All-Terrain Crane: Versatility is the main attraction for this type of crane. They have the advantage of being able to travel and perform on a wide variety of terrains and job sites.

Read Operator Manuals

It is extremely important to remember that not all cranes operate the same way. Cranes from different manufacturers will often have different controls, fail-safe devices, and features.

Anyone involved with the operation of a crane needs to have a full and detailed understanding of the specific crane that is going to be used. The operator’s manual is the first place to look for important information about a crane. Information included in the operator’s manual will include:

  • Load capacities
  • Safety mechanisms
  • Stabilizers and counterweights
  • Operator controls

Workers should make sure to read the operator’s manual in full before operating any crane.

Always Utilize Qualified Personnel

Safe crane operation requires skilled and trained personnel for setting up, rigging, signaling, and operating machinery. The Occupational Safety and Health Administration (OSHA) has regulations in place that state that only trained, certified, and properly evaluated workers should operate cranes. Adhering to these important regulations is vital to promoting workplace crane safety.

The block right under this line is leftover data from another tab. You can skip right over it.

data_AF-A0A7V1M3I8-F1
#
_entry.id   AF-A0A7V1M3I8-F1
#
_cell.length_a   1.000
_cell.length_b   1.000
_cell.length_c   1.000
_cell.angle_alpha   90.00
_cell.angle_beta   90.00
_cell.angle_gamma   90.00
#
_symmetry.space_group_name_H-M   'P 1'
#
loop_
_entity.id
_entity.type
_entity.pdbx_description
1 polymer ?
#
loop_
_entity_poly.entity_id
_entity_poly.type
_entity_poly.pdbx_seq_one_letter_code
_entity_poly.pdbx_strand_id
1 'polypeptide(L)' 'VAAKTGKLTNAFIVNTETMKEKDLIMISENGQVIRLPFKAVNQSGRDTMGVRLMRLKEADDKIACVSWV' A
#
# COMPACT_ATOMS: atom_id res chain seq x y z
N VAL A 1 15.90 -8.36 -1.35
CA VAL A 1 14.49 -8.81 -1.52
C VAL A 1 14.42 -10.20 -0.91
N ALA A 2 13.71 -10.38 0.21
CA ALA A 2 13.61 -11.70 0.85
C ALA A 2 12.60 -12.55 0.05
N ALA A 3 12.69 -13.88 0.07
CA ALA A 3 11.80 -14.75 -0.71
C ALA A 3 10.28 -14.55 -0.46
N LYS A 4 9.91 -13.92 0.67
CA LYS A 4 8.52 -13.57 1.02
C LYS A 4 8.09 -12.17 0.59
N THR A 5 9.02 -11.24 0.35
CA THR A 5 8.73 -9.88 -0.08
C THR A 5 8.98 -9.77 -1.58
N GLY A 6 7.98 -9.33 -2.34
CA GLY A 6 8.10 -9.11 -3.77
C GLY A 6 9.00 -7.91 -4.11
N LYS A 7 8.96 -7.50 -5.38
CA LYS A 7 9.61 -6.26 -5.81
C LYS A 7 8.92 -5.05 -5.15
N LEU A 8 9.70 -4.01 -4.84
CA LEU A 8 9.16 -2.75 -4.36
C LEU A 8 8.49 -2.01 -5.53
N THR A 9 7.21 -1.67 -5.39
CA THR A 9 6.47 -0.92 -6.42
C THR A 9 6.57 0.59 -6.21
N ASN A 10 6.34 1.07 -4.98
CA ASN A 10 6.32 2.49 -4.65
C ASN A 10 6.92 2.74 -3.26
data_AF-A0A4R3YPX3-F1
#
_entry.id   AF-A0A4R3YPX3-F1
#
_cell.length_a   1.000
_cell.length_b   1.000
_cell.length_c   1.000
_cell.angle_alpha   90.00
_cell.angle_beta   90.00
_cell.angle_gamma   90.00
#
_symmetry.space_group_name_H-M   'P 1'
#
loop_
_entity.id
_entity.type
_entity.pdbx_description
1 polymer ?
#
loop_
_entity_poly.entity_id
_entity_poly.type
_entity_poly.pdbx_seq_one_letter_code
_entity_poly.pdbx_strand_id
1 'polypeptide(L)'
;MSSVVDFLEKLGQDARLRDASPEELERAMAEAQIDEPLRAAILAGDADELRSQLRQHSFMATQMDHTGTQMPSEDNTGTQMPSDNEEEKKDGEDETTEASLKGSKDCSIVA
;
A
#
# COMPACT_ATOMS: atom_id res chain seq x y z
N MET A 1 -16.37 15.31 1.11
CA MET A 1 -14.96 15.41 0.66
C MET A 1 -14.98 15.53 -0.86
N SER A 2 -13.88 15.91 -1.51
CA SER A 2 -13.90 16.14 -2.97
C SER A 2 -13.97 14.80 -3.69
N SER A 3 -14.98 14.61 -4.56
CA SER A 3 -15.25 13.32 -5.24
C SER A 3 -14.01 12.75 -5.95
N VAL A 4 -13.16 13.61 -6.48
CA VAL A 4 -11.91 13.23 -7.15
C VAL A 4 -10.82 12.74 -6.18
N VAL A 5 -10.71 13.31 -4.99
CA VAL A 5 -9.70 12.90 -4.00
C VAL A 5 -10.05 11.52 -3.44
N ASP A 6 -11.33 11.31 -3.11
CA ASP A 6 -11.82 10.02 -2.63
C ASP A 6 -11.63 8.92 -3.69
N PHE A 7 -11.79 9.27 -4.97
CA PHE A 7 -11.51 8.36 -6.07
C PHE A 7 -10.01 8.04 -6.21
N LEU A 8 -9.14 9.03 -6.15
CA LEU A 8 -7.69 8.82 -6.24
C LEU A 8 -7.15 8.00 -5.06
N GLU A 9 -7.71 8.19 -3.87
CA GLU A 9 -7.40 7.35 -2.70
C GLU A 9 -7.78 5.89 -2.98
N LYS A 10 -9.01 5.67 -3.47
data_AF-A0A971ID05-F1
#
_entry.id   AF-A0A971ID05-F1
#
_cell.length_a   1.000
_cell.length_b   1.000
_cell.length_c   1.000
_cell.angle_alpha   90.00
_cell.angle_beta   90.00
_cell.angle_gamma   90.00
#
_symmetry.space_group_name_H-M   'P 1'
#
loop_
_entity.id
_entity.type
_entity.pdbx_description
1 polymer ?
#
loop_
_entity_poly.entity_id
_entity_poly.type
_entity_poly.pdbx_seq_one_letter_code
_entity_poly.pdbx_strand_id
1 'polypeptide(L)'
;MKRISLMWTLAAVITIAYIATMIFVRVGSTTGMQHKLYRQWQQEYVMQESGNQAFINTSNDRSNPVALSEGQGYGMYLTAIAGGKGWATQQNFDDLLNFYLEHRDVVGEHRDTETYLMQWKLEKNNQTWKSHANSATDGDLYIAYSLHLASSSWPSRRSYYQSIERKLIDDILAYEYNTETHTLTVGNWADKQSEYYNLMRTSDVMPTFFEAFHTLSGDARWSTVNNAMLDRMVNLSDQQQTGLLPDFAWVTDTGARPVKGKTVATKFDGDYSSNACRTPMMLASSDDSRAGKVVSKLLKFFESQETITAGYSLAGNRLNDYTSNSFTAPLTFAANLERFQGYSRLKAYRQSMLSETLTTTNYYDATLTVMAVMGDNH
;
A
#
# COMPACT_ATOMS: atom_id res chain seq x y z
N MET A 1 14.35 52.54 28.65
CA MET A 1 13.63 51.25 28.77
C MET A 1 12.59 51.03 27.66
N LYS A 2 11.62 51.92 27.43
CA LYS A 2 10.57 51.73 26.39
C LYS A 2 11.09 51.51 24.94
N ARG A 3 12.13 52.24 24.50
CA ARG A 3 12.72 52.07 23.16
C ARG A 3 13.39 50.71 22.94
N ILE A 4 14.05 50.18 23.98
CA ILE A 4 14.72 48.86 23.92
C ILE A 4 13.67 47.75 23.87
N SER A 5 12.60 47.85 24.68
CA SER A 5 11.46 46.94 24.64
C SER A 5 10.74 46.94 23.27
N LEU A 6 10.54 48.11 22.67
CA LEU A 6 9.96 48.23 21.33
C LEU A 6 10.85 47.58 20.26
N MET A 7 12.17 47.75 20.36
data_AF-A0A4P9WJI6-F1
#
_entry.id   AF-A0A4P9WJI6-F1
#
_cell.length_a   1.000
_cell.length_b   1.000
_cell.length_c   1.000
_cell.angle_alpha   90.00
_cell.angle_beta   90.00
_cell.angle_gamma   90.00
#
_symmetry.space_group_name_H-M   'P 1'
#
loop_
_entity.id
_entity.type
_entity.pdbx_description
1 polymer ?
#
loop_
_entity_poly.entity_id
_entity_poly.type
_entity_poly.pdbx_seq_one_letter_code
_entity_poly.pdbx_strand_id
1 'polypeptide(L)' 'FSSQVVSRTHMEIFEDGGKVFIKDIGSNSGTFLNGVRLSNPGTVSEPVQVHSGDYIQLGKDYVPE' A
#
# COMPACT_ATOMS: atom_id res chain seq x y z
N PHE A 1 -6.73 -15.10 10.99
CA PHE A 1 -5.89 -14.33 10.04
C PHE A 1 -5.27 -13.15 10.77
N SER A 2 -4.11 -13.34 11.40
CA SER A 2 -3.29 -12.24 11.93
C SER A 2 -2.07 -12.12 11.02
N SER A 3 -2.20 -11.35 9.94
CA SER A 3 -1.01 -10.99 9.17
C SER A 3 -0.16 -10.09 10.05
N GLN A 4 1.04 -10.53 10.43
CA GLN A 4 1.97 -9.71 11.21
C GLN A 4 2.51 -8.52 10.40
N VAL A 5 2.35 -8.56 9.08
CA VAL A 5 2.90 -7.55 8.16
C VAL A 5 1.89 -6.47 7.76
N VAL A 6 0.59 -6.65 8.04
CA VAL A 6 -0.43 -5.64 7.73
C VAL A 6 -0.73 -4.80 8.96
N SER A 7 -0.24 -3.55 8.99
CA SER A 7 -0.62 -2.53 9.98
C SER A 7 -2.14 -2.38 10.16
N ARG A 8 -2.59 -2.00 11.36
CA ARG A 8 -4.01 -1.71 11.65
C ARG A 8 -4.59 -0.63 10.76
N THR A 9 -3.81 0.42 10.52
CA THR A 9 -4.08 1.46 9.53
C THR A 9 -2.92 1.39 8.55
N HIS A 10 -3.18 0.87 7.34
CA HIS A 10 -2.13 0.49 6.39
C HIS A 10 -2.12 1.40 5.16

Use Proper Communication and Hand Signals

Communication is often one of the most essential components of promoting safety on a job site. For this reason, a standard set of protocols and hand signals have been developed for crane operation.

Learning the standard hand signals will allow a qualified signal person to communicate important information to the crane operator:

  • Direction of travel for the crane.
  • When to swing and lift the boom.
  • When to hoist and lower the load.
  • When to stop the crane.

In addition to hand signals, radios are also used during crane operations to ensure constant communication.

Perform Daily Checks

It is essential for a crane operator to use some form of daily inspection checklist to make sure that the crane is safe and in proper working order prior to its operation. These checks should include pre-start checks, engine start-up checks, and safety system checks: